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      Clinical Trials in the Surgical Management of Congestive Heart Failure: Surgical Ventricular Restoration and Autologous Skeletal Myoblast and Stem Cell Cardiomyoplasty

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          Despite continued advances in medical and surgical approaches for patients with ischemic cardiomyopathy, congestive heart failure (CHF) remains a growing cause of morbidity and mortality. Historically, surgical options for end-stage CHF have been limited. However, there are several surgical therapies now under clinical investigation that appear promising in the effort to reverse or restore the remodeled left ventricle. This review will focus on early but current clinical studies examining surgical ventricular restoration and autologous skeletal myoblast and stem cell transplantation. Although these emerging therapeutic options remain in the early stages of study and development, they hold promise in providing options to those patients with end-stage CHF.

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          Most cited references 15

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          Mesenchymal stem cell implantation in a swine myocardial infarct model: engraftment and functional effects.

          A novel therapeutic option for the treatment of acute myocardial infarction involves the use of mesenchymal stem cells (MSCs). The purpose of this study was to investigate whether implantation of autologous MSCs results in sustained engraftment, myogenic differentiation, and improved cardiac function in a swine myocardial infarct model. MSCs were isolated and expanded from bone marrow aspirates of 14 domestic swine. A 60-minute left anterior descending artery occlusion was used to produce anterior wall infarction. Piezoelectric crystals were placed within the ischemic region for measurement of regional wall thickness and contractile function. Two weeks later animals autologous, Di-I-labeled MSCs (6 x 10(7)) were implanted into the infarct by direct injection. Hemodynamic and functional measurements were obtained weekly until the time of sacrifice. Immunohistochemistry was used to assess MSC engraftment and myogenic differentiation. Microscopic analysis showed robust engraftment of MSCs in all treated animals. Expression of muscle-specific proteins was seen as early as 2 weeks and could be identified in all animals at sacrifice. The degree of contractile dysfunction was significantly attenuated at 4 weeks in animals implanted with MSCs (5.4% +/- 2.2% versus -3.37% +/- 2.7% in control). In addition, the extent of wall thinning after myocardial infarction was markedly reduced in treated animals. Mesenchymal stem cells are capable of engraftment in host myocardium, demonstrate expression of muscle specific proteins, and may attenuate contractile dysfunction and pathologic thinning in this model of left ventricular wall infarction. MSC cardiomyoplasty may have significant clinical potential in attenuating the pathology associated with myocardial infarction.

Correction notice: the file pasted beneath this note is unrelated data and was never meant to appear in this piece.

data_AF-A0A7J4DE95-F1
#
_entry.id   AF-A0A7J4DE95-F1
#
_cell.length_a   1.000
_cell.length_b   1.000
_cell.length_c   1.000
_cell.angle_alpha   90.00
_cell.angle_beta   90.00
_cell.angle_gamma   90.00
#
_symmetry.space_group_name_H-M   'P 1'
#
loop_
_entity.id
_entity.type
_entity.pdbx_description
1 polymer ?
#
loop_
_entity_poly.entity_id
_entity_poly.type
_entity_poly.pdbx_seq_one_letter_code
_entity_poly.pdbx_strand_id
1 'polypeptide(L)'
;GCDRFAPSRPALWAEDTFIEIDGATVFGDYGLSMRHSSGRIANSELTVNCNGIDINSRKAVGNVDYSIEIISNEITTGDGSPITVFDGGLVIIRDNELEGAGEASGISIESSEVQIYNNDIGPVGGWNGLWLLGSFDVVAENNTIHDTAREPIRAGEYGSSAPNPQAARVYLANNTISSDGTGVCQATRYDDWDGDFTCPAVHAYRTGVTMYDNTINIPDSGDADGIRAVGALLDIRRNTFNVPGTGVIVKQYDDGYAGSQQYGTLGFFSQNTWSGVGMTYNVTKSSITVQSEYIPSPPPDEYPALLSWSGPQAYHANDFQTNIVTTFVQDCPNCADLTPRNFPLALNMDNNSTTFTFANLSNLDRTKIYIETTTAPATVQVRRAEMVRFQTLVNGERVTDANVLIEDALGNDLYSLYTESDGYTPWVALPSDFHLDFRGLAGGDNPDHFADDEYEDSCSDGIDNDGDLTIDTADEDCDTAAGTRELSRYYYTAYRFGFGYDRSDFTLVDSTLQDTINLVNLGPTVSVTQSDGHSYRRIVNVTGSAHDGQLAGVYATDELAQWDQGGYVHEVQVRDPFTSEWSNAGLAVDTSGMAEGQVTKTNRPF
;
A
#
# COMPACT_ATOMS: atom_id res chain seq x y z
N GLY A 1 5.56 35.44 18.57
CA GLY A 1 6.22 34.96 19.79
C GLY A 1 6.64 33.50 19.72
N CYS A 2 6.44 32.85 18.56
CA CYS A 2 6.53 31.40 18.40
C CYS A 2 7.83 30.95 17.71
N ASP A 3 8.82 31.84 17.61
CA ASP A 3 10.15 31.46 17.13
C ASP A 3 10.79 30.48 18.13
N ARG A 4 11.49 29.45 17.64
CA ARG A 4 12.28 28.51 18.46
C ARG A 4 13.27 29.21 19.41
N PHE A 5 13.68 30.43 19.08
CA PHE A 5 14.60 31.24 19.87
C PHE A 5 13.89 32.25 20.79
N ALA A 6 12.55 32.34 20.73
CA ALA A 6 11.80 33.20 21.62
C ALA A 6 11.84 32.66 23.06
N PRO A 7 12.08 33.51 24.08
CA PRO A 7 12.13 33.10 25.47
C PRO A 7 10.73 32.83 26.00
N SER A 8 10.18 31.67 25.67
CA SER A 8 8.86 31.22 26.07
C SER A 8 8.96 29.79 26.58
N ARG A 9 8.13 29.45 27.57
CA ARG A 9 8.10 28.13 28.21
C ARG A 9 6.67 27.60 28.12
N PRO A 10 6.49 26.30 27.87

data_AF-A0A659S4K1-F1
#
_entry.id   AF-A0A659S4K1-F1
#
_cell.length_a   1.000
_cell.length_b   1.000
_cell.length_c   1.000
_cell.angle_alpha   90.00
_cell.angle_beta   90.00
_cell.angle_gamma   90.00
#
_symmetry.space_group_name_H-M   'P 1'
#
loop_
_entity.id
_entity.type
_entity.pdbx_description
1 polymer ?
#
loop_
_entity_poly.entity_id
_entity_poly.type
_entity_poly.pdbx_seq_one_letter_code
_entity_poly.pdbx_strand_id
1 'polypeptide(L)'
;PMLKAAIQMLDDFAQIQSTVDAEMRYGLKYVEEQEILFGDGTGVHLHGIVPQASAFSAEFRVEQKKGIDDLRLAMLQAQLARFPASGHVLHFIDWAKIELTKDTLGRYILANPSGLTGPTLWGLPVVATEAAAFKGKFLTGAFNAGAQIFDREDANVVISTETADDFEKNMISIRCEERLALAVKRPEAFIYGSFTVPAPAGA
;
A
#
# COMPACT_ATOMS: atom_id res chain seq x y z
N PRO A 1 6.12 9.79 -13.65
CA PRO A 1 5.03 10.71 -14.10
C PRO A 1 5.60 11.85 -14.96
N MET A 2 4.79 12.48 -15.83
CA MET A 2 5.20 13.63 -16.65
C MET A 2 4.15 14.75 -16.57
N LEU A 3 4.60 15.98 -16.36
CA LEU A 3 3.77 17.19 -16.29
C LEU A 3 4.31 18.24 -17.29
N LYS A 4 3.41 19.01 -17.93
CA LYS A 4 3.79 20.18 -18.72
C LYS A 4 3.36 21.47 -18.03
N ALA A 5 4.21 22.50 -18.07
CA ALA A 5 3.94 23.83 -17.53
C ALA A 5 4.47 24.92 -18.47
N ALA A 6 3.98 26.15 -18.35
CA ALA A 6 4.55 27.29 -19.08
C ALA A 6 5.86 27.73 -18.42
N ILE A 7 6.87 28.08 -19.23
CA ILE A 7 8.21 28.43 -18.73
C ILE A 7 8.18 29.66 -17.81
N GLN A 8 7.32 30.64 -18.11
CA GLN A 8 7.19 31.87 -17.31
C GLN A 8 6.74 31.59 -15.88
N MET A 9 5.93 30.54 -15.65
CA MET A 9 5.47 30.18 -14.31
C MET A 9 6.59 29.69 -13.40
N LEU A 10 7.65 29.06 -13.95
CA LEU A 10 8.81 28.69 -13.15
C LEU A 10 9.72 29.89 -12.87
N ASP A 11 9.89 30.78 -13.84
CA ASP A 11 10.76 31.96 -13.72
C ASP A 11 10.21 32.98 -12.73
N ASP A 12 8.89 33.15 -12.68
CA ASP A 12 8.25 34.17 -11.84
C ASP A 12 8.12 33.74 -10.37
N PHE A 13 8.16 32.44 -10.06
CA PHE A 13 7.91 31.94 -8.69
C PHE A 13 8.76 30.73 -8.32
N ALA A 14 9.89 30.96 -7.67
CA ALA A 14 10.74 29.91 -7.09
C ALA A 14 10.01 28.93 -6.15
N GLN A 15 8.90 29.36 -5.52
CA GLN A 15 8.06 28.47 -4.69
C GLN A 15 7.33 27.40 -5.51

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            Regenerating functional myocardium: improved performance after skeletal myoblast transplantation.

            The adult heart lacks reserve cardiocytes and cannot regenerate. Therefore, a large acute myocardial infarction often develops into congestive heart failure. To attempt to prevent this progression, we transplanted skeletal myoblasts into cryoinfarcted myocardium of the same rabbits (autologous transfer), monitored cardiac function in vivo for two to six weeks and examined serial sections of the hearts by light and electron microscopy. Islands of different sizes comprising elongated, striated cells that retained characteristics of both skeletal and cardiac cells were found in the cryoinfarct. In rabbits in which myoblasts were incorporated, myocardial performance was improved. The ability to regenerate functioning muscle after autologous myoblast transplantation could have a important effect on patients after acute myocardial infarction.
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              In vivo magnetic resonance imaging of mesenchymal stem cells in myocardial infarction.

              We investigated the potential of magnetic resonance imaging (MRI) to track magnetically labeled mesenchymal stem cells (MR-MSCs) in a swine myocardial infarction (MI) model. Adult farm pigs (n=5) were subjected to closed-chest experimental MI. MR-MSCs (2.8 to 16x107 cells) were injected intramyocardially under x-ray fluoroscopy. MRIs were obtained on a 1.5T MR scanner to demonstrate the location of the MR-MSCs and were correlated with histology. Contrast-enhanced MRI demonstrated successful injection in the infarct and serial MSC tracking was demonstrated in two animals. MRI tracking of MSCs is feasible and represents a preferred method for studying the engraftment of MSCs in MI.

                Author and article information

                S. Karger AG
                February 2004
                27 February 2004
                : 101
                : 1-3
                : 48-60
                The Ohio State University Medical Center, Columbus, Ohio, USA
                75985 Cardiology 2004;101:48–60
                © 2004 S. Karger AG, Basel

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                Page count
                Figures: 7, Tables: 2, References: 61, Pages: 13


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